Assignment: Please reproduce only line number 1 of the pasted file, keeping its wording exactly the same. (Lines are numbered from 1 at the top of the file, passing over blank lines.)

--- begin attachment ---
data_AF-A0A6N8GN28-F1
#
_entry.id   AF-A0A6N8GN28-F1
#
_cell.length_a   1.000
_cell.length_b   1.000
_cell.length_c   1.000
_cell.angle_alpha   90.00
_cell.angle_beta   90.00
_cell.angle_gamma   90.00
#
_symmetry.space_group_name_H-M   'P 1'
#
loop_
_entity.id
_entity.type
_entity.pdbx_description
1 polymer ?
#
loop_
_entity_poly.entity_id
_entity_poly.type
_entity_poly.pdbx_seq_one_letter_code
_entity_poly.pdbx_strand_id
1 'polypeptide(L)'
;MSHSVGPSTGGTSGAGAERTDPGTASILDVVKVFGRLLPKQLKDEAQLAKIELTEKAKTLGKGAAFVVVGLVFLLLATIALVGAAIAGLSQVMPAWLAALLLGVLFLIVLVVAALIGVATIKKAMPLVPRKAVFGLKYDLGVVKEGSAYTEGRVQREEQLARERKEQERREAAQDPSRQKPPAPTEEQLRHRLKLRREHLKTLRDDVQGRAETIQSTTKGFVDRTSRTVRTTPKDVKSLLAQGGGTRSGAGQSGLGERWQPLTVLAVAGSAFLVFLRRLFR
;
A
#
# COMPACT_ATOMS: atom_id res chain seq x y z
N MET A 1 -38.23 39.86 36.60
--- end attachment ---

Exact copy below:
data_AF-A0A6N8GN28-F1